Imagine a scene for a moment, if you will. Players gather in a locker room. They pull on the familiar University of Tennessee orange and white basketball jersey. Pat Head Summitt etches her directions on a board with a piece of chalk. Pep talk already delivered, they prepare to run out of the locker room to... A crowd of thousands, right? No. Hundreds? Not quite. Try dozens. Fifty-three curious onlookers to be exact.
The scene seems impossible to today's average Tennessee Lady Vol fan, but 30 years ago, it was reality for Pat Head's 1974-75 Tennessee basketball team when they took the court at UT's Alumni gym on Jan. 10, 1975. Despite the decided lack of home-court advantage, the Lady Vols fought to a 69-32 win over Middle Tennessee State, giving first-year coach Pat Head her first career victory.
Now, 878 wins later, the scene is not as memorable as one might think for the head coach of the Lady Vols.
"I just remember losing the opening game to Mercer," Summitt said. "It is probably not a good thing that sometimes the losses stick out in my mind, but that is what brings about the excitement for the wins."
The loss to Mercer in Summitt's first game as the leader of the Lady Vols on Dec. 7, 1974 was compounded by the fact that the team had to wait for over a month before welcoming MTSU to campus after the Christmas break.
Today, players dread having a couple of days of practice following a loss. If only they could imagine a month's worth of post-loss trauma with a 22-year old rookie coach at the helm.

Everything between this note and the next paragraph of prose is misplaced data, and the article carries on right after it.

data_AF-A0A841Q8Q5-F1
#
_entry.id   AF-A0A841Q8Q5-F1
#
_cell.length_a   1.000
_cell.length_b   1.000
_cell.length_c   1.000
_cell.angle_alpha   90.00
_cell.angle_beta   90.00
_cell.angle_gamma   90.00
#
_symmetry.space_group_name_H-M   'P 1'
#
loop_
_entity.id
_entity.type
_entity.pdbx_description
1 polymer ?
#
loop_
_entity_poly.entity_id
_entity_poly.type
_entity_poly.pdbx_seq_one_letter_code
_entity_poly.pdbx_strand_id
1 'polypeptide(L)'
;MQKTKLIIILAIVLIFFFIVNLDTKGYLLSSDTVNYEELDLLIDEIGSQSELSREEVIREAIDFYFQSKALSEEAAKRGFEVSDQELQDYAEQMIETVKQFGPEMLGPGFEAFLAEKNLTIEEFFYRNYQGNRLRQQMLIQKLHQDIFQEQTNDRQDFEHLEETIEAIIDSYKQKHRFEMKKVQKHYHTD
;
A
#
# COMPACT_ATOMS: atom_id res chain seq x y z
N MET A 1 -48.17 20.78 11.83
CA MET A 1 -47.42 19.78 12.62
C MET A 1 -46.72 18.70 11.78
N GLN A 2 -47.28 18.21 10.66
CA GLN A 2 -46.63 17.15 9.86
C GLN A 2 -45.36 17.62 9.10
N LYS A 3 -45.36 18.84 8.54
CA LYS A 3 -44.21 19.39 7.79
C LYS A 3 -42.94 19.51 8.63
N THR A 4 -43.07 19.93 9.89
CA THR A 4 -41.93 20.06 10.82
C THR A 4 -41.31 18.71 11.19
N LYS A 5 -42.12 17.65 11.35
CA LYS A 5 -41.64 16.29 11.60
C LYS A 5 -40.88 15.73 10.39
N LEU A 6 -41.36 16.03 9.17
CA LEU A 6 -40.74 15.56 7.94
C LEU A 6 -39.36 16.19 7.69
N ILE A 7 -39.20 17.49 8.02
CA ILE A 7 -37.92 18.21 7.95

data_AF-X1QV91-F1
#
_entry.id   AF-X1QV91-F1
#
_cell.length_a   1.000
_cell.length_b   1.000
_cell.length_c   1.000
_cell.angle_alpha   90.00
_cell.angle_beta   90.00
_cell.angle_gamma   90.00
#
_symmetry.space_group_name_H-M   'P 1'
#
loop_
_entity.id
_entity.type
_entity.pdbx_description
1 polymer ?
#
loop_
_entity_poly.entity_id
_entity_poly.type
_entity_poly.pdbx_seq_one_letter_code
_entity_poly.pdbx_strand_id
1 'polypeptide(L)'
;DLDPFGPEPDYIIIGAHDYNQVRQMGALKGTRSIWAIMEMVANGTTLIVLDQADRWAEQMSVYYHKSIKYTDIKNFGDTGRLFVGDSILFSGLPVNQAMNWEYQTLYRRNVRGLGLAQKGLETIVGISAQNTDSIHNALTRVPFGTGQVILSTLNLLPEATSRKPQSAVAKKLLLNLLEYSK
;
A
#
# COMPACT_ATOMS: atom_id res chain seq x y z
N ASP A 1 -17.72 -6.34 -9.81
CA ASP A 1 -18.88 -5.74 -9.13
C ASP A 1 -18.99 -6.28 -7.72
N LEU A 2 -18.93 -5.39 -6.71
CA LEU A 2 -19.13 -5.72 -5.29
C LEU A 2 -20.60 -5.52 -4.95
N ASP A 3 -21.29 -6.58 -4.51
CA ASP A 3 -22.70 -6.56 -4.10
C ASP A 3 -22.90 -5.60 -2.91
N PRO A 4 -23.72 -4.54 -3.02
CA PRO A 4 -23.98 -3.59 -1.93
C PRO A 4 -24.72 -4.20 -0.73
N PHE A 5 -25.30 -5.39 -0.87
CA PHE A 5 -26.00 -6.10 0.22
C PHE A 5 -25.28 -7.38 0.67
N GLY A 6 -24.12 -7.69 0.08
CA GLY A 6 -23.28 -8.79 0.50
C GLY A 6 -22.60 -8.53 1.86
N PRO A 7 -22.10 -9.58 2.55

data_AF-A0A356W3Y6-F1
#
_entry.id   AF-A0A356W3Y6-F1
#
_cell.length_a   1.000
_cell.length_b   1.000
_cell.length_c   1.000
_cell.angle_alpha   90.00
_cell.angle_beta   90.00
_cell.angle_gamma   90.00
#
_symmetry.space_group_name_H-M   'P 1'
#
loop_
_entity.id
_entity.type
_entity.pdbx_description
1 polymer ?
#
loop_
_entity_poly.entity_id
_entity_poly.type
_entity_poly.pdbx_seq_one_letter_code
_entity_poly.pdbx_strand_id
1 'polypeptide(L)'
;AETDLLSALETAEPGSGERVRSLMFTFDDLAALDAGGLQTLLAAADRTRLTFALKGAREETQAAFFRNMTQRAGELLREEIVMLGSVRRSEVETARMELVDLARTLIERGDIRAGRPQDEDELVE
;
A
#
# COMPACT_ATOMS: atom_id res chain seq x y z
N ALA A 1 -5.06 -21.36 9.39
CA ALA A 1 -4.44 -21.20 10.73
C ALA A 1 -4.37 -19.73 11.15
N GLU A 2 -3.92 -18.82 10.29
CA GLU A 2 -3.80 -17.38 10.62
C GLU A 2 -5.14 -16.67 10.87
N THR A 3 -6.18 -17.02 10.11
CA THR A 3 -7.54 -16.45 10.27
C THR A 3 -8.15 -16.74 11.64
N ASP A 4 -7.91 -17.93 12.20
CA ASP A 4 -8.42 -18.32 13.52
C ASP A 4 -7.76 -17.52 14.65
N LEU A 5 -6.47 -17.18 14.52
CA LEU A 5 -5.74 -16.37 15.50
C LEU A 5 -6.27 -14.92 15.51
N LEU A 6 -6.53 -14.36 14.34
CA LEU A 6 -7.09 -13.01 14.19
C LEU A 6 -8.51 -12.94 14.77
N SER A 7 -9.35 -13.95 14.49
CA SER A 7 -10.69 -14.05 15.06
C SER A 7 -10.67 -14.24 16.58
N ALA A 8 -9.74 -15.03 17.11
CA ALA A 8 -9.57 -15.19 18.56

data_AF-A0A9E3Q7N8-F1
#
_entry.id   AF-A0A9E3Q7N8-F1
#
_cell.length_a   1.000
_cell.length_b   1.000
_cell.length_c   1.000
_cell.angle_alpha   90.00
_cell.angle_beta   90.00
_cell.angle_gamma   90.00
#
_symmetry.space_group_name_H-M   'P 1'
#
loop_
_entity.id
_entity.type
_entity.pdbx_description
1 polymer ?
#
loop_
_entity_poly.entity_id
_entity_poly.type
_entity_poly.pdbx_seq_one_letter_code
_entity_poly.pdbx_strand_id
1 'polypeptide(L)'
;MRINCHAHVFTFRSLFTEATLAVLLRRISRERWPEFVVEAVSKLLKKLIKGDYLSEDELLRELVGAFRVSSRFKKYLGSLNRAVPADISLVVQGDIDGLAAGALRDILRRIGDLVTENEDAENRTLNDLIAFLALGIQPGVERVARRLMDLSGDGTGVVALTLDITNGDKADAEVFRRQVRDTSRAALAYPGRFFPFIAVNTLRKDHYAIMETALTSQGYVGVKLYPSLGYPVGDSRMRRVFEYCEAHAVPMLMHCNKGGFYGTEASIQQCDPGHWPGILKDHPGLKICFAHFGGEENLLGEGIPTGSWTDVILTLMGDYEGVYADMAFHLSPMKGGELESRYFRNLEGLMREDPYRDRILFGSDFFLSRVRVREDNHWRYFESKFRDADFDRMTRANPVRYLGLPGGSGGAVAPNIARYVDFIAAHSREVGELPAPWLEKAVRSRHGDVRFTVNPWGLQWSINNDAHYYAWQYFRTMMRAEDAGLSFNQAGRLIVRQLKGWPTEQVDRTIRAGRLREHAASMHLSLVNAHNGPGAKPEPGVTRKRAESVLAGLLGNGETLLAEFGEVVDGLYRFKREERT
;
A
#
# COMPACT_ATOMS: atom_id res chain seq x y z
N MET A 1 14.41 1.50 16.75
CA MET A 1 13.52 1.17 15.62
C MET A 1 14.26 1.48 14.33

For the sake of the nine Tennessee players from that first season, current players can only hope that the inexperience of the first-year coach lightened the month-long practice load.
Summitt is the first to acknowledge the lack of experience that she carried into that first season.
"I never really had the training to be a coach, except as a player," she said. "It helped that I played for some really good teachers and coaches over the years."
As her experience grew, so did the crowds. Modern-day fan support tends to run a bit larger than the first crowd of 53. In fact, wherever they go to play from Athens, Georgia to Athens, Greece, the Lady Vols can count on having scores of orange-clad fans cheering them on.
At home, Tennessee plays in front of crowds regularly exceeding 13,000, each one of them as passionate and loyal as the next, providing one of the top home-court advantages in college basketball. Summitt says her players over the years have played a large part in that level of fan support.
"Tennessee fans are extremely loyal," Summitt said. "I think we have always put a great product on the floor. We've had some very talented student-athletes, we've been able to win a lot of big games playing a very tough schedule, so our fans are also very knowledgeable about women's basketball."
As for the first win, Summitt did not spend the evening celebrating with her players, friends and family. Instead, she spent it in the laundry room. With student managers still half a decade away, Summitt was left toasting her initial win with a dryer.
"I hope my washing uniform days are over," chuckled Summitt, the soon-to-be all-time winningest coach in NCAA collegiate basketball history.